Most of Taser's sales come from local and state police departments, but it has also been trying to sell its shock guns to Customs and Border Protection, a division of the Department of Homeland Security. Mr. Kerik also has served on the board of CamelBak, a company based in Petaluma, Calif., that sells water supply backpacks to the United States military and law enforcement branches, including the border patrol.
Mr. Giuliani said he was convinced that these and other business ties to homeland security companies were not a factor in Mr. Kerik's decision to back out. Mr. Giuliani said that the effort to collect a past due debt on a condominium he owned in East Rutherford, N.J. - including, apparently, an arrest warrant that was issued for Mr. Kerik in 1998, based on the outstanding condominium fees - also did not play a role.
"That was a civil proceeding that was resolved. That fits into the category of something that you can easily explain," he said. The arrest warrant was first reported by Newsweek.
"Whenever this happens, there is always the idea that it must be something else, it must be something else," Mr. Giuliani said. "But that is when there is not a good reason. This is a good reason. Who would actually think he could go forward with this issue?"
He added that Mr. Kerik, who spent about half an hour on Saturday outside his house putting up Christmas decorations, including miniature Santas and wire reindeer of white lights, would do "great things" in the future.
"This is a sad day for him and his family," he said. "But we all have complex lives. Sometimes it trips you up."
White House officials said that in their initial review of nominees, they run down a list of questions involving potentially embarrassing problems: legal difficulties, the status of household workers, past divorces or relationships and tax problems, among other issues. "We try to go through public records," said one senior official. "But without guidance from the nominee, there is only so much you can do."
Mr. Kerik's nomination had not even been formally presented to the Senate; it had not planned to hold hearings on Mr. Kerik until late January or perhaps early February. So the formal vetting process, particular for the Senate, had only just begun.
indeed, and what that means is that no person with any real life experiences can hold these positions. so we get empty suits. that's what destroyed the CIA - Ivy League empty suits.
It's frightening to think that Reno was the most ethical and honest person that Klintoon could find to be Attorney General, I believe Reno was the third choice.
"Isn't this the tortured path that led to Janet Reno being AG?"
Yes it certainly is. And it was an affront to aesthetics amoung other things.
I am going to lay down like a big animal with a big arm over my cutie little woman. She likes not having to cook either:
Oh but the Nanny was only doing work that legal Americans won't do. Yeah thats right I won't work for 85 cents a hour.
I hope that the nanny left a forwarding address so that President Bush can send her a thank-you note...she may have saved him greater embarrassment (if Kerik had gone through the confirmation process).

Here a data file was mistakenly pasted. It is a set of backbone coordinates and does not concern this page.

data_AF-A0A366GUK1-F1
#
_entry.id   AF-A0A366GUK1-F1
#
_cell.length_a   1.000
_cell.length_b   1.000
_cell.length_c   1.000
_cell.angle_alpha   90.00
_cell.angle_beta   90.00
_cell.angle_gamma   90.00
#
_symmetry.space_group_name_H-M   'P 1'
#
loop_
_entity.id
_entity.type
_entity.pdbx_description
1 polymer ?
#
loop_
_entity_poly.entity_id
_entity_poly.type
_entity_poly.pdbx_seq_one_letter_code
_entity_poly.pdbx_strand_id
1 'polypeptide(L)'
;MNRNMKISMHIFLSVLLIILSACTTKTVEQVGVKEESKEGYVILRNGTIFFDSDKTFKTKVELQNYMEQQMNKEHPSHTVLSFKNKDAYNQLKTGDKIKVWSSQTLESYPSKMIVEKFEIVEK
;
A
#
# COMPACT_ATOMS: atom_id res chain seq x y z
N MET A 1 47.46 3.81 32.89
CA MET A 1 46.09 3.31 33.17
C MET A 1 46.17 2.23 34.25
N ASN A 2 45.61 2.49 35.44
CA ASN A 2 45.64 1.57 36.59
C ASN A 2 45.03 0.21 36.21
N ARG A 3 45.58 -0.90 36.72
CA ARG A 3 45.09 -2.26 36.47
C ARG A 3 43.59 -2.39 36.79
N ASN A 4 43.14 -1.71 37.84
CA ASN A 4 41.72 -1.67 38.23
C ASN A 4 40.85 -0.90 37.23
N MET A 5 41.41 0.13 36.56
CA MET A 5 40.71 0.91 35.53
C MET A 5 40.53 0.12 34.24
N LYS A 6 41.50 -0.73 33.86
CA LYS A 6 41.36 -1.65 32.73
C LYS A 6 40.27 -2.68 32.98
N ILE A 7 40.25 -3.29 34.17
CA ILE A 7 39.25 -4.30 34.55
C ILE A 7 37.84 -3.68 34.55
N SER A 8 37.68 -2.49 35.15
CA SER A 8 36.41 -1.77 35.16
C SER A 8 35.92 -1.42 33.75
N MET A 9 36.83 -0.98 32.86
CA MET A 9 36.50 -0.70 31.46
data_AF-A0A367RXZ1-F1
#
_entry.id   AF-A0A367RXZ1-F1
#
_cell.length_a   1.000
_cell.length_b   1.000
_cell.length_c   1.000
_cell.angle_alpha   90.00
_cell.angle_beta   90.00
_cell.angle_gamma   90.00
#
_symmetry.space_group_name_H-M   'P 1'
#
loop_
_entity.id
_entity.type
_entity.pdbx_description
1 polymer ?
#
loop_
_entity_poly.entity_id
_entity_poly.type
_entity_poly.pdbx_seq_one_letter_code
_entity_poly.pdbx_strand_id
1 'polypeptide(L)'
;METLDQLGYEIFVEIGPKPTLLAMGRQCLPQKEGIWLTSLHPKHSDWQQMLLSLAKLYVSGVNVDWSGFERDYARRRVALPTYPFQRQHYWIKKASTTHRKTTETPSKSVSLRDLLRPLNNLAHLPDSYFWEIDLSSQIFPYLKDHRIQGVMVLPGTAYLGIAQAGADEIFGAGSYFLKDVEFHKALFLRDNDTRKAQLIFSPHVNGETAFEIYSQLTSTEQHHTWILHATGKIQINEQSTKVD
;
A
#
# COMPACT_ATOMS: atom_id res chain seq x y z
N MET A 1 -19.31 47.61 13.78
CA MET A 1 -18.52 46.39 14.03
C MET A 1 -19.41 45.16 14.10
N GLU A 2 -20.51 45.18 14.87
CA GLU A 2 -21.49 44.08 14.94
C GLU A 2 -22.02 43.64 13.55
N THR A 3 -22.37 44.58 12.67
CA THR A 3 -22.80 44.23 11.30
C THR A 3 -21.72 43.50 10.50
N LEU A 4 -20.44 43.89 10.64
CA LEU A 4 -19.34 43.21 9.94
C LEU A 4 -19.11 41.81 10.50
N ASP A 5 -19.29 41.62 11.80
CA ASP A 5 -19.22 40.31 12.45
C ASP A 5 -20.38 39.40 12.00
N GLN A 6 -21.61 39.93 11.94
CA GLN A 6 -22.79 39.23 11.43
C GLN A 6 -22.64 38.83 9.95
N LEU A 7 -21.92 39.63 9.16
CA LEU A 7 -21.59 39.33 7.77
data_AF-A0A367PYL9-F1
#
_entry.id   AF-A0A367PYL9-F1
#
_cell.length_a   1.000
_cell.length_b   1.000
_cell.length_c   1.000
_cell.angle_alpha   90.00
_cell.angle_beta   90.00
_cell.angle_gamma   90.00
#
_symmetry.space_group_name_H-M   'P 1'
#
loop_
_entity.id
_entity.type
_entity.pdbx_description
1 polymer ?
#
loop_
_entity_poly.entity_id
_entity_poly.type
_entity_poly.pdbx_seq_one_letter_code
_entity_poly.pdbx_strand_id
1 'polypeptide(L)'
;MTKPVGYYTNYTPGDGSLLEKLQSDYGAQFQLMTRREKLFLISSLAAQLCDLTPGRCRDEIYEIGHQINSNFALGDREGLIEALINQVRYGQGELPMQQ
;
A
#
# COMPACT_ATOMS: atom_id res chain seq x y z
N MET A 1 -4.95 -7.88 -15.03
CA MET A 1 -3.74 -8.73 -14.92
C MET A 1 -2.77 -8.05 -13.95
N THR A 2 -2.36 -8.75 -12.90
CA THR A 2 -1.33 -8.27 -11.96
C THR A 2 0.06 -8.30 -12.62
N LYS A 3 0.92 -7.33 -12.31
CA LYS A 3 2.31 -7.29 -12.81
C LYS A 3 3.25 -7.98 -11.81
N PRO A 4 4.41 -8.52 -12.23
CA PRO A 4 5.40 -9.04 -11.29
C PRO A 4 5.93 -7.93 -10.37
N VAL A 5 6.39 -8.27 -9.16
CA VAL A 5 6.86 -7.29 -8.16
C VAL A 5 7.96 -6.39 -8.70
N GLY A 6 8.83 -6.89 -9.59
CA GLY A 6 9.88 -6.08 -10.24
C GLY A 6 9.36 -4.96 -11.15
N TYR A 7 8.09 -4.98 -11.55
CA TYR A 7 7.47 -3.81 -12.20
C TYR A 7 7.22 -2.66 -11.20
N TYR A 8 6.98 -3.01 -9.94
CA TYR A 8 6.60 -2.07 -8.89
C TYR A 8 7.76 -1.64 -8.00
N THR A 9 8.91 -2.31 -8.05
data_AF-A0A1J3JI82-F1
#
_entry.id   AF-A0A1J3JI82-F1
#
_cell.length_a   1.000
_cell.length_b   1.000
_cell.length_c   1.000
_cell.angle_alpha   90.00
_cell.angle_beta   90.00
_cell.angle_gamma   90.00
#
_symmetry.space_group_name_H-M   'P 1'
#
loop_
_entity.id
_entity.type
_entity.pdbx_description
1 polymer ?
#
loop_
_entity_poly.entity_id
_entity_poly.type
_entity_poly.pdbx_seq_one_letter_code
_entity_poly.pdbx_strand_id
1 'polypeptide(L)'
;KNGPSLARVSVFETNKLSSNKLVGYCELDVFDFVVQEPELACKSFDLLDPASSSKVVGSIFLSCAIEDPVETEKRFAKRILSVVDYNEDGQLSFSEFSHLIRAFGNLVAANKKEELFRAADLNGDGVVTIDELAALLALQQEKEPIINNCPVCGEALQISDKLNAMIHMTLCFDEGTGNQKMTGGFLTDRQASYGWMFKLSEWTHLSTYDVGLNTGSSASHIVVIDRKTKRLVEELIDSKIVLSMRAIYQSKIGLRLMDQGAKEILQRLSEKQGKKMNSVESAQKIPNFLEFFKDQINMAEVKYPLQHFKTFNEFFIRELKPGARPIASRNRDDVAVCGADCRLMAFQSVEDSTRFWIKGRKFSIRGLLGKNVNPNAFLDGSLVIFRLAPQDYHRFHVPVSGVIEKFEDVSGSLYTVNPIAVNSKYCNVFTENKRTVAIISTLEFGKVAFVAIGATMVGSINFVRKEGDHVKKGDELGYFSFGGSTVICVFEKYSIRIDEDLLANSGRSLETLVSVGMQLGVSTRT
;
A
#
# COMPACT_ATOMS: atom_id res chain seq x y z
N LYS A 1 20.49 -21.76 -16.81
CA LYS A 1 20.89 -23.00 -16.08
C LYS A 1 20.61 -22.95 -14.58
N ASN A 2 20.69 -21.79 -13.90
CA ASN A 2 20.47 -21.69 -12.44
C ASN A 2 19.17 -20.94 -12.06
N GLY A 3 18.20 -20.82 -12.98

.....LOL, my exact thoughts.
Freepers, please answer a question. Why does anyone need a nanny?
Absolutely. It doesn't get any clearer than this about why the power elite love illegal aliens.
So how did the Klintons get all the way to the White House???
"The Nanny was only doing work that legal Americans
won't do... 85 cents a hour"
This is disgusting.
'Oh my goodness, I just forgot that this nannie that I forgot to pay properly might be here illegally...'
Do none of these people feel they should obey the law???
I for one do not yet know if Mr. Kerik lied. How is it that everyone on this thread seems to know it?
I heard things that leave me open-minded to the facts, whatever they turn out to be. I heard she had phony but convincing documents of her status. I heard his wife hired her when he was in Iraq training the police force. If any of that is true, then I don't conclude that he lied, but that at a minimum he and his vetters failed to do a decent job in nailing down any possible problem.
If it is proven to me that he lied, I will accept it but not until. The man risked his life in Iraq trying to help America and the Iraqi people. He did not have to to that. For that alone, he should not be treated like pond scum, in my opinion.
Isn't it supposed to be against the law to hire illegal aliens? Will Kerik be prosecuted for doing so?
No, I thought not.
Character is but one box in the matrix. It is all about how one weights the boxes.
Kerik took himself out. So I doubt it was a matter of convincingly phony documents. It is barely possible that he left it all to his wife, and didn't know what she did, and rather than get into that, is bowing out.
My chances of having a nanny are about as likely as Michael Moore getting down to 185 pounds.
He might get down to 285 :-)
For the life of me, I cannot understand why anyone would turn their kids over to a stranger who cannot even speak English.
Well, we can clearly see why Republican leaders don't want to do anything about illegal immigrants. They employ them.